4. Ron Chusid says:

    Regarding the above, I’d also feel better if Roberts hadn’t made his previous comments regarding a lack of belief in privacy rights. I’m sure someone will bring this up at the hearings.

  5. Ron

    I only caught a quick moment of Kennedy speaking to reporters at the end of the first round. He’s not happy with the responses. Biden hammered him, hard.

    The Wall Street Journal is painting the republican view.

  6. KJ

    Yes we need to email Joe! He was awesome!

  7. Karen Jones says:

    Ron, I posted somewhere, watching part of the re-play, that Specter’s questions were very direct and Robert’s answers to Specter also direct. He (Roberts) indicated fairly plainly that Roe v Wade was established precident, siting another case, which I’ve already forgotten the name of.

  8. Ginny in CO says:


    I am probably more concerned about his statement that the Constitution doesn’t say anything about privacy than anything else.

    Of all the WEIRD cyberspace misconnects, I was trying to go to JK’s website to get a link for another response, and landed here:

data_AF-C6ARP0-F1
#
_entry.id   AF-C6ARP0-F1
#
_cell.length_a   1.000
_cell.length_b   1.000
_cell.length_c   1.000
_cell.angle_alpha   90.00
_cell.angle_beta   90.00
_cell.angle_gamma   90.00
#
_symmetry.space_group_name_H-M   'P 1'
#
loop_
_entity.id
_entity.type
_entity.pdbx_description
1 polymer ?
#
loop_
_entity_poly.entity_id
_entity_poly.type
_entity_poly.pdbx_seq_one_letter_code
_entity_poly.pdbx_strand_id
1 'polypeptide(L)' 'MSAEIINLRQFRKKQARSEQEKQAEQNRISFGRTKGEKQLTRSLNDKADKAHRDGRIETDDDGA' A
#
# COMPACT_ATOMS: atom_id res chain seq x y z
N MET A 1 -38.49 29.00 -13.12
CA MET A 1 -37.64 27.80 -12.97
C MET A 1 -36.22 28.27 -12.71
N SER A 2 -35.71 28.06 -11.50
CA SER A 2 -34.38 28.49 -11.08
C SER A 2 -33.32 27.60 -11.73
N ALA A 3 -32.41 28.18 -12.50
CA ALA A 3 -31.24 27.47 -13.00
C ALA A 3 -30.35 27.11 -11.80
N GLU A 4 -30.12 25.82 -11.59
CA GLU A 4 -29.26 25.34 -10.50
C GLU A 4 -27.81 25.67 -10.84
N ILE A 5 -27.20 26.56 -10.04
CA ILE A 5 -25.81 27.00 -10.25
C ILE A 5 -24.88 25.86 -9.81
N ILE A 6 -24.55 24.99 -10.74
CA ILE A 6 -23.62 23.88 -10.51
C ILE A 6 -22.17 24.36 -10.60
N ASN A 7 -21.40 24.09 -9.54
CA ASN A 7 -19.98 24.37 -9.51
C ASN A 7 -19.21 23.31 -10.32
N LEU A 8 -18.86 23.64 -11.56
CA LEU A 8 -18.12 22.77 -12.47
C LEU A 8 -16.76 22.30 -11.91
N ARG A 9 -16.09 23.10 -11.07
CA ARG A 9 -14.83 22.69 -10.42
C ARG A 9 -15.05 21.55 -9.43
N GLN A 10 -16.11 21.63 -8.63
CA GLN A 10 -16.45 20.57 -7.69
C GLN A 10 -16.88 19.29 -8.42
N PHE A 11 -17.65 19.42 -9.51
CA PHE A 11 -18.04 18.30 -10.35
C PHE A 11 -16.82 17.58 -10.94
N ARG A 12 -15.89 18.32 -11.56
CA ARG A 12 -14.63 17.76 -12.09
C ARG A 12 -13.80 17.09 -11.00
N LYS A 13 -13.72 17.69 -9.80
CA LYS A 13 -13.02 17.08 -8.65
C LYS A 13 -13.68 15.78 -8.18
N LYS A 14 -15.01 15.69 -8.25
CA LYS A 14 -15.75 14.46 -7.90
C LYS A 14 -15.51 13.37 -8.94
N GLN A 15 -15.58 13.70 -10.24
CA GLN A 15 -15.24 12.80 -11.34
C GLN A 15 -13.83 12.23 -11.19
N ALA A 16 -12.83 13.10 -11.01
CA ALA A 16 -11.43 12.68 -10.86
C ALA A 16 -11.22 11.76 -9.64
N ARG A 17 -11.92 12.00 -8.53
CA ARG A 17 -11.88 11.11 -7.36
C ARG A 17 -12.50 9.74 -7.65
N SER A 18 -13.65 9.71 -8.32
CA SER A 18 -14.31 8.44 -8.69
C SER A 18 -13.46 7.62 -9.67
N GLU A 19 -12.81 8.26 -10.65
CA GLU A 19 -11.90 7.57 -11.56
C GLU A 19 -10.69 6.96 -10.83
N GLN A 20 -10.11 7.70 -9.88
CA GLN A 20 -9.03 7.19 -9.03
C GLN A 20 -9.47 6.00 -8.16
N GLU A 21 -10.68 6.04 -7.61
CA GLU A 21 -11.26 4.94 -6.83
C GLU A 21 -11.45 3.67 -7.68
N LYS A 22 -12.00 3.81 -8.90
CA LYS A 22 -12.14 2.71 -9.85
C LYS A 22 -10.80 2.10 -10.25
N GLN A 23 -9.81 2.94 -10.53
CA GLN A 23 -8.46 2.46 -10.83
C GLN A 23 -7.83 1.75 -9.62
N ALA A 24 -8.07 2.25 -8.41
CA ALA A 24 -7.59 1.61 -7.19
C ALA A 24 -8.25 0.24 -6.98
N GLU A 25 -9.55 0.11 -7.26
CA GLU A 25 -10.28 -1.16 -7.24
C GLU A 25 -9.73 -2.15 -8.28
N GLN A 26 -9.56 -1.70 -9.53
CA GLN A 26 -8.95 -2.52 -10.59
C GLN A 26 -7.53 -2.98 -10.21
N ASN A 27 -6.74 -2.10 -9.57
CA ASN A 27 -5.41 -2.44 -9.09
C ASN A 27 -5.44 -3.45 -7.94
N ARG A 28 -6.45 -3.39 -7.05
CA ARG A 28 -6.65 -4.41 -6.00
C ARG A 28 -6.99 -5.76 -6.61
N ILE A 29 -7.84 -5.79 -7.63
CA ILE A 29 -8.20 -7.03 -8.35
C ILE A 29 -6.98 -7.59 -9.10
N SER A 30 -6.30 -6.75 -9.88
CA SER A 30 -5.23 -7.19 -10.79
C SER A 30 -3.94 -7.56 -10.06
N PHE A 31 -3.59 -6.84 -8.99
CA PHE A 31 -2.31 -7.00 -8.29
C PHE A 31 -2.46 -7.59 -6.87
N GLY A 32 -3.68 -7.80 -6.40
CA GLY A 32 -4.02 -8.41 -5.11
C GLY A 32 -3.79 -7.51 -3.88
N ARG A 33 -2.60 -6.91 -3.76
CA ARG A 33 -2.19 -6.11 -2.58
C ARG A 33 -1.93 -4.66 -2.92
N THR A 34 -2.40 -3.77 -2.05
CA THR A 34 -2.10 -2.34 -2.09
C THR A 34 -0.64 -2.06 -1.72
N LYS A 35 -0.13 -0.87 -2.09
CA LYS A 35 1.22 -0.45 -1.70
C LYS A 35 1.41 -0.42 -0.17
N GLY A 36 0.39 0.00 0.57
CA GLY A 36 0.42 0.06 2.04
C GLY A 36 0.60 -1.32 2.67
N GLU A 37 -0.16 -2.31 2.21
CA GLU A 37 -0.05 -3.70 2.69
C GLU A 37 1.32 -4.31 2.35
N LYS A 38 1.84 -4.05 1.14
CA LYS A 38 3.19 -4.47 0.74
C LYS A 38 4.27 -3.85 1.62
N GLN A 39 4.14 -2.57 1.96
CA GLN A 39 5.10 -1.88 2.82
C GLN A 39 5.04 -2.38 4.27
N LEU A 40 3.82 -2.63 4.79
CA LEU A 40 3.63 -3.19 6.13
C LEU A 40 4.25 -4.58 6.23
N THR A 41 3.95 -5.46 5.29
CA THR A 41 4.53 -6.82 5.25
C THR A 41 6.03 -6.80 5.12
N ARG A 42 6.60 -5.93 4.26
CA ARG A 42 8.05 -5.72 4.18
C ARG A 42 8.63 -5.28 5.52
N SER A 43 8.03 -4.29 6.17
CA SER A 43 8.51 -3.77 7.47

Just a little cold shower to start my day… After deleting and retyping the JK address, I did get there. I am still queasy. These are the people who really don’t care about your childhood, just that you come into the world. Too bad if you suffer, it’s God’s will. And if your mother happens to be one of the “undeserving ” poor, they will be even less compassionate about your life.

    Anyone catch George Will’s “Poverty of Thought” in WaPo? There was an unbelievable amount of space on the statistics of how many of the poor victims of NOLA were unmarried women with children, and how much the city/region spends on medicaid, food stamps, etc. In a nutshell, the column lived down to it’s title…

  9. Ron Chusid says:


    The WSJ’s news material (as opposed to their opinion pages) is usually very good. They know that investors will only pay for real news. Not having seen it I can’t say for sure, but I bet that the account they gave is accurate. Since then I’ve seen other accounts that suggest the same.